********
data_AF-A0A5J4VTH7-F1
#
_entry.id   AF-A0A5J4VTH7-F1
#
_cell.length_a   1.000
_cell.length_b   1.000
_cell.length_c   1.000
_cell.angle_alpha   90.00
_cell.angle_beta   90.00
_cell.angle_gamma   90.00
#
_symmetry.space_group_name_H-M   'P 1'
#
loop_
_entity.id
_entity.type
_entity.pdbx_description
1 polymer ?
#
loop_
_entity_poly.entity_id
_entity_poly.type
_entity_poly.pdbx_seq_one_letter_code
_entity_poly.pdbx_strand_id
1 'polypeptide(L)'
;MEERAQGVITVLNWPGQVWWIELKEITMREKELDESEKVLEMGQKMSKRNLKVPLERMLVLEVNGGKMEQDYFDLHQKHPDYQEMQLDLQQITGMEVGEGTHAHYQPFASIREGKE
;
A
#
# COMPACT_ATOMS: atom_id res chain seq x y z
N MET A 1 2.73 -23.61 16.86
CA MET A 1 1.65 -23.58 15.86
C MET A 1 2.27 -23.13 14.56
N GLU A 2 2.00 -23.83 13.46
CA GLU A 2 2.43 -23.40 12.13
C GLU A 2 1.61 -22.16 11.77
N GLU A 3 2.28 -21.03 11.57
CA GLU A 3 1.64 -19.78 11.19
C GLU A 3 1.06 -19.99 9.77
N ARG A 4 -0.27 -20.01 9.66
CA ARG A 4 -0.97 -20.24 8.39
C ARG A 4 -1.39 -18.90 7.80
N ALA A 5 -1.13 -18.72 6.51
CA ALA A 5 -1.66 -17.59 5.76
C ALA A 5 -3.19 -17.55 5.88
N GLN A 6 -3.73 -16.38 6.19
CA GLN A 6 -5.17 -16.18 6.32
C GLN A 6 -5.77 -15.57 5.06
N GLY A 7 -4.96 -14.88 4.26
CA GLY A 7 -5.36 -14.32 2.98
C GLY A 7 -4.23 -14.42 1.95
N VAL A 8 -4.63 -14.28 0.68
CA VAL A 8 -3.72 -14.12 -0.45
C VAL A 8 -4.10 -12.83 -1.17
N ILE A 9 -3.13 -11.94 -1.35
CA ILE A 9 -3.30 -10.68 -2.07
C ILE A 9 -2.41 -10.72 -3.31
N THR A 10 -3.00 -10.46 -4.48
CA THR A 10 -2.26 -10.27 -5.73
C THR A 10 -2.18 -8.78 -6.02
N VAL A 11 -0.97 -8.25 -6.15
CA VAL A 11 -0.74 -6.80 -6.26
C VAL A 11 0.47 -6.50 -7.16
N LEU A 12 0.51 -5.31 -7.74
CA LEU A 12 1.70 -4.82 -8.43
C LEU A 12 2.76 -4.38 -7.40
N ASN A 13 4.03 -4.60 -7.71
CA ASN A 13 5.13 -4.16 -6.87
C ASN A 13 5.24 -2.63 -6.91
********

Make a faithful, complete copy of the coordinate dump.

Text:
data_AF-A0A5J4VTH7-F1
#
_entry.id   AF-A0A5J4VTH7-F1
#
_cell.length_a   1.000
_cell.length_b   1.000
_cell.length_c   1.000
_cell.angle_alpha   90.00
_cell.angle_beta   90.00
_cell.angle_gamma   90.00
#
_symmetry.space_group_name_H-M   'P 1'
#
loop_
_entity.id
_entity.type
_entity.pdbx_description
1 polymer ?
#
loop_
_entity_poly.entity_id
_entity_poly.type
_entity_poly.pdbx_seq_one_letter_code
_entity_poly.pdbx_strand_id
1 'polypeptide(L)'
;MEERAQGVITVLNWPGQVWWIELKEITMREKELDESEKVLEMGQKMSKRNLKVPLERMLVLEVNGGKMEQDYFDLHQKHPDYQEMQLDLQQITGMEVGEGTHAHYQPFASIREGKE
;
A
#
# COMPACT_ATOMS: atom_id res chain seq x y z
N MET A 1 2.73 -23.61 16.86
CA MET A 1 1.65 -23.58 15.86
C MET A 1 2.27 -23.13 14.56
N GLU A 2 2.00 -23.83 13.46
CA GLU A 2 2.43 -23.40 12.13
C GLU A 2 1.61 -22.16 11.77
N GLU A 3 2.28 -21.03 11.57
CA GLU A 3 1.64 -19.78 11.19
C GLU A 3 1.06 -19.99 9.77
N ARG A 4 -0.27 -20.01 9.66
CA ARG A 4 -0.97 -20.24 8.39
C ARG A 4 -1.39 -18.90 7.80
N ALA A 5 -1.13 -18.72 6.51
CA ALA A 5 -1.66 -17.59 5.76
C ALA A 5 -3.19 -17.55 5.88
N GLN A 6 -3.73 -16.38 6.19
CA GLN A 6 -5.17 -16.18 6.32
C GLN A 6 -5.77 -15.57 5.06
N GLY A 7 -4.96 -14.88 4.26
CA GLY A 7 -5.36 -14.32 2.98
C GLY A 7 -4.23 -14.42 1.95
N VAL A 8 -4.63 -14.28 0.68
CA VAL A 8 -3.72 -14.12 -0.45
C VAL A 8 -4.10 -12.83 -1.17
N ILE A 9 -3.13 -11.94 -1.35
CA ILE A 9 -3.30 -10.68 -2.07
C ILE A 9 -2.41 -10.72 -3.31
N THR A 10 -3.00 -10.46 -4.48
CA THR A 10 -2.26 -10.27 -5.73
C THR A 10 -2.18 -8.78 -6.02
N VAL A 11 -0.97 -8.25 -6.15
CA VAL A 11 -0.74 -6.80 -6.26
C VAL A 11 0.47 -6.50 -7.16
N LEU A 12 0.51 -5.31 -7.74
CA LEU A 12 1.70 -4.82 -8.43
C LEU A 12 2.76 -4.38 -7.40
N ASN A 13 4.03 -4.60 -7.71
CA ASN A 13 5.13 -4.16 -6.87
C ASN A 13 5.24 -2.63 -6.91